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Russia: Normal Voting Not Possible In Chechnya


By Floriana Fossato and Sophie Lambroschini



Russia insists that Chechen civilians will be able to vote for president on Sunday just like any other Russian citizens. But an OSCE mission says the republic is not at all prepared for elections. And half the Chechens have fled to Ingushetia, where it is unclear how they will be able to vote. Correspondents Sophie Lambroschini and Floriana Fossato report.

Moscow, 23 March 2000 (RFE/RL) -- Russia seems determined to use the election on Sunday to prove that life is normal in what it calls "liberated" Chechnya.

Central Electoral Commission head Aleksandr Veshnyakov says that Chechens see the vote "like a celebration, the celebration of feeling yourself a full-fledged citizen of Russia." He said everything is ready for voting at over 300 polling stations in Chechnya.

But the Organization for Security and Cooperation in Europe, the OSCE, says standard conditions for elections do not exist in Chechnya. An OSCE team that visited Chechnya this week said campaigning has been almost nonexistent, and that the people have had very limited access to news media. It said voter intimidation cannot be ruled out. Meanwhile, almost half the population of Chechnya is still displaced.

Chechen Foreign Minister Ilyas Akhmadov told RFE/RL he finds the decision to go forward with the election under these conditions outrageous. But he said he will not blame any Chechens living under Russian control who choose to vote.

"I am outraged at the very thought of this. It's unacceptable. It's anything but a solution. But you know, when you are facing very little choice -- when it's this or that, the filtration camps or the elections -- you have to do it. You are totally in their hands. Personally, I do not judge the people who will vote. They are in the grip of the Russian military machine."

Dzhamal Mezhidov is the deputy head of the electoral commission for Chechnya, based in Gudermes. He tells RFE/RL that the only campaigning has been for Putin.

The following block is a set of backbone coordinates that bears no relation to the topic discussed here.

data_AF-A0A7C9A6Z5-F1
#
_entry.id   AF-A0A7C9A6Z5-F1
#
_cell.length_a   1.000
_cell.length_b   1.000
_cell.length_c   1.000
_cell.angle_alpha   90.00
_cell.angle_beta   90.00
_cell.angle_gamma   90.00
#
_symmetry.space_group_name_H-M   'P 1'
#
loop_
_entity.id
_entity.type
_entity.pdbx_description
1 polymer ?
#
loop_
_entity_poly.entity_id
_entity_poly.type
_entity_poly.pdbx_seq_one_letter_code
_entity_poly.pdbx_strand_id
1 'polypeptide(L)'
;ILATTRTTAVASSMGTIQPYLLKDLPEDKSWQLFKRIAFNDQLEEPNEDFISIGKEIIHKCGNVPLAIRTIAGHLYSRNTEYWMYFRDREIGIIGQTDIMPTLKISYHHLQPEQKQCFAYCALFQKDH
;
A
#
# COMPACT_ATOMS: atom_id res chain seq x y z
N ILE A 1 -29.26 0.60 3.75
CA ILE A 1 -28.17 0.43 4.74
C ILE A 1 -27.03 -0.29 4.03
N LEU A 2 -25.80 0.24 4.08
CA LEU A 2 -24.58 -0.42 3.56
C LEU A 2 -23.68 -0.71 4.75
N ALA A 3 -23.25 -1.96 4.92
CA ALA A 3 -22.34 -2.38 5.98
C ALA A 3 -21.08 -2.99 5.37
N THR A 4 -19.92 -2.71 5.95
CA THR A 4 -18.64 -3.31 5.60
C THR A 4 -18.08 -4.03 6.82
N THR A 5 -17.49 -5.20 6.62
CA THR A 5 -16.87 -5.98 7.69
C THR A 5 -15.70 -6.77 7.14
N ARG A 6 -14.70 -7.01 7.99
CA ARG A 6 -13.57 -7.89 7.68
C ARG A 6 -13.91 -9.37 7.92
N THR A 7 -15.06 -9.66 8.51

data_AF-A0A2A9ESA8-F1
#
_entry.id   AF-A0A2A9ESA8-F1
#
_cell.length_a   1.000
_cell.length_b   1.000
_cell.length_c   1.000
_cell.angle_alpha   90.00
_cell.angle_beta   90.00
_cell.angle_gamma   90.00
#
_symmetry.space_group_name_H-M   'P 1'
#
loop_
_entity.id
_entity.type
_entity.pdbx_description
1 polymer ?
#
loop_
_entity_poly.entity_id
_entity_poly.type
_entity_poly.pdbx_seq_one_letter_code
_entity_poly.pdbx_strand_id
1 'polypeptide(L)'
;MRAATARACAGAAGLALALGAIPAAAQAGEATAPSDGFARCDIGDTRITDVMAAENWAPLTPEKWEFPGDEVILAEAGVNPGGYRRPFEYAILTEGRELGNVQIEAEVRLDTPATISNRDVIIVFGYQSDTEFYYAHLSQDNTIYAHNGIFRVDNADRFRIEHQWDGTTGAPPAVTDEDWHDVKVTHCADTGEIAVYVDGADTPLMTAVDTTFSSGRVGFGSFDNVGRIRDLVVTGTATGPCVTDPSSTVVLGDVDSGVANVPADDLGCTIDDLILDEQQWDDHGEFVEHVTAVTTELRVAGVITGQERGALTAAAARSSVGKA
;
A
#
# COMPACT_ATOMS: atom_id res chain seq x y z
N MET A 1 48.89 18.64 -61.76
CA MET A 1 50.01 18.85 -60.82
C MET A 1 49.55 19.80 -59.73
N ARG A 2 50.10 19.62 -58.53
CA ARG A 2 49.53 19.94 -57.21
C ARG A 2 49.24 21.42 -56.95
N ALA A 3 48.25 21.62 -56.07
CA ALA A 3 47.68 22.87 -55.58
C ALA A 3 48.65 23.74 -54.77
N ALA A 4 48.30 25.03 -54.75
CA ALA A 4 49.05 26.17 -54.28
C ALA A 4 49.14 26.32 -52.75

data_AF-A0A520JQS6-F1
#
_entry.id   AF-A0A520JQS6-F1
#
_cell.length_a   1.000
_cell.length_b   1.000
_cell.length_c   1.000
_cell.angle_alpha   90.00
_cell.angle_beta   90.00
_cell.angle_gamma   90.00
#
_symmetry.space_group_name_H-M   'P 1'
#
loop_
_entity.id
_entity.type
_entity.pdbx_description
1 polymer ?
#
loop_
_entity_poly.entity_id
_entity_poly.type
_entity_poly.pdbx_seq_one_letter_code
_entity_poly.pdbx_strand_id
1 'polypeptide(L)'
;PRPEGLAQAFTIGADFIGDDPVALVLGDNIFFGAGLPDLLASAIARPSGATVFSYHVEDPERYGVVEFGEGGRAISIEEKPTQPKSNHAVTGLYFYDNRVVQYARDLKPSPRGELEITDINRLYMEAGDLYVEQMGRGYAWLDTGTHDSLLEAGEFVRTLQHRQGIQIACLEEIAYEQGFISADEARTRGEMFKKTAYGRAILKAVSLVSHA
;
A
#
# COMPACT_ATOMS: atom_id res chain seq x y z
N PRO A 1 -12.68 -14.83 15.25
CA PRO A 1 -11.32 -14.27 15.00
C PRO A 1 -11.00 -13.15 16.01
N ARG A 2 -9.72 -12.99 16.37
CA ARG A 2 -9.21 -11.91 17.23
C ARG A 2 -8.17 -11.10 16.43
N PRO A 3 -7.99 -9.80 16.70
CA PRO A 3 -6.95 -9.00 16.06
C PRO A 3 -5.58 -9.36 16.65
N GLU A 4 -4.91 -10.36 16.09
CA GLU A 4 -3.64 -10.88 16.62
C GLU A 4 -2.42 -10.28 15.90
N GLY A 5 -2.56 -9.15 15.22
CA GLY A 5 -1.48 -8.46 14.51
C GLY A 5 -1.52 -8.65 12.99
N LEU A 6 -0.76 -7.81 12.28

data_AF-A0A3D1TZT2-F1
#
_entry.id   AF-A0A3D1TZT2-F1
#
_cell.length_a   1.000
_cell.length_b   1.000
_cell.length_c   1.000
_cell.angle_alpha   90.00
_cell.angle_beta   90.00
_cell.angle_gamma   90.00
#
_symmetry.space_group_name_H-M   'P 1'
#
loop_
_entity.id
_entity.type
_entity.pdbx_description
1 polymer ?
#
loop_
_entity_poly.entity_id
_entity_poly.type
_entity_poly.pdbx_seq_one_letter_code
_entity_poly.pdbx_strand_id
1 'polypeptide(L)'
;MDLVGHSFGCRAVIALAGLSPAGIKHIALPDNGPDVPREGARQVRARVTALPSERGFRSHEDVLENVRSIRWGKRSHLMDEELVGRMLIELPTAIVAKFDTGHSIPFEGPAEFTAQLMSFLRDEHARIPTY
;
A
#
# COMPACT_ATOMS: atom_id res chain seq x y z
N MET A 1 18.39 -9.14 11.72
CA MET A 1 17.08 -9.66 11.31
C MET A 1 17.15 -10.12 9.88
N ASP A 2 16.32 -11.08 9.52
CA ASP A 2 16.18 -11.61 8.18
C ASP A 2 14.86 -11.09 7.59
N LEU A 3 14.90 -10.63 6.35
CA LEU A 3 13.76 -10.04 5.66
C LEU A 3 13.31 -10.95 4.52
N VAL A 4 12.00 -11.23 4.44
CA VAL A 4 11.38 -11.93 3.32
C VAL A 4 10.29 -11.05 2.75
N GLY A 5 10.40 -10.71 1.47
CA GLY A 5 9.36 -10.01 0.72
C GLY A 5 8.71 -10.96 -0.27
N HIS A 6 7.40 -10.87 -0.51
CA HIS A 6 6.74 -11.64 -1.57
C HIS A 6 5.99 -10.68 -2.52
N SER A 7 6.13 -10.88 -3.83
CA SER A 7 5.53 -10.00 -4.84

"You know, the only more or less active campaigning here is for Vladimir Vladimirovich Putin as presidential candidate. No other presidential candidate's representative came here. Maybe they will still come here today or tomorrow? And we only have two channels working here. Apart from the first channel [ORT], there's RTR."

While those two television channels do air the free commercials for all candidates, they are both state-controlled and are strongly biased in favor of Putin.

Just a few days ahead of election day, the number of people able to vote in Chechnya is still unclear. The OSCE estimates the number of eligible voters at about 460,000, including military personnel. But election commission officials could not say how many military personnel will be voting in Chechnya.

The entire population of Chechnya before the start of the war was estimated at some 450,000 people, and more than 200,000 of them are now living in Ingushetia, where they fled the Russian onslaught. Many people lost their identification documents in the bombings, and it is unclear how electoral officials will deal with that.

Electoral officials give conflicting information on where and how the displaced Chechens are to vote. The Central Electoral Commission for all of Russia says special polling stations are being set up for them in Ingushetia, but the Ingush electoral commission says refugees will have to show up at regular Ingush polling stations if they wish to vote.

Madina Parizhova is the executive secretary of the Ingush electoral commission in Nazran. She told RFE/RL that she has no voter registration lists for the Chechen refugees.

"The Chechen refugees in Ingush camps will vote at the nearest Ingush polling station. I don't know how many voters there are [among the refugees], but according to the Migration Service there are 250,000 refugees. And among the original Ingush citizens there are 110,500 voters."

Ingush President Ruslan Aushev sent a telegram to Putin on Monday, complaining that the Russian government has not given the displaced Chechens enough food, much less prepared them for any kind of democratic exercise.

Russian government promises of financial relief have not been fulfilled, Aushev said. He said his republic cannot support the burden, and that most refugees are surviving only on humanitarian help from international organizations.

Even after the vote, counting the ballots in Chechnya could be difficult. Central Electoral Commission head Veshnyakov says Chechen ballot boxes will not be brought to Chechnya's central electoral commission in Gudermes until 27 March, because it is too dangerous to transport the ballots at night.

"The electoral commission shouldn't go around transporting the documents during the night. The nights here are not as calm as in other regions and republics of the Russian Federation. So we don't recommend carrying the documents at night."

The Central Electoral Commission in Moscow told our correspondent that all votes cast in Chechnya will be counted together -- including votes from Russian soldiers and from Chechen civilians. Polling for some military units has already begun.

As the election officials say they do not know how many soldiers are registered to vote, it will be difficult to determine how many Chechen civilians voted.

(Correspondent Roland Eggleston in Vienna contributed to this report.)

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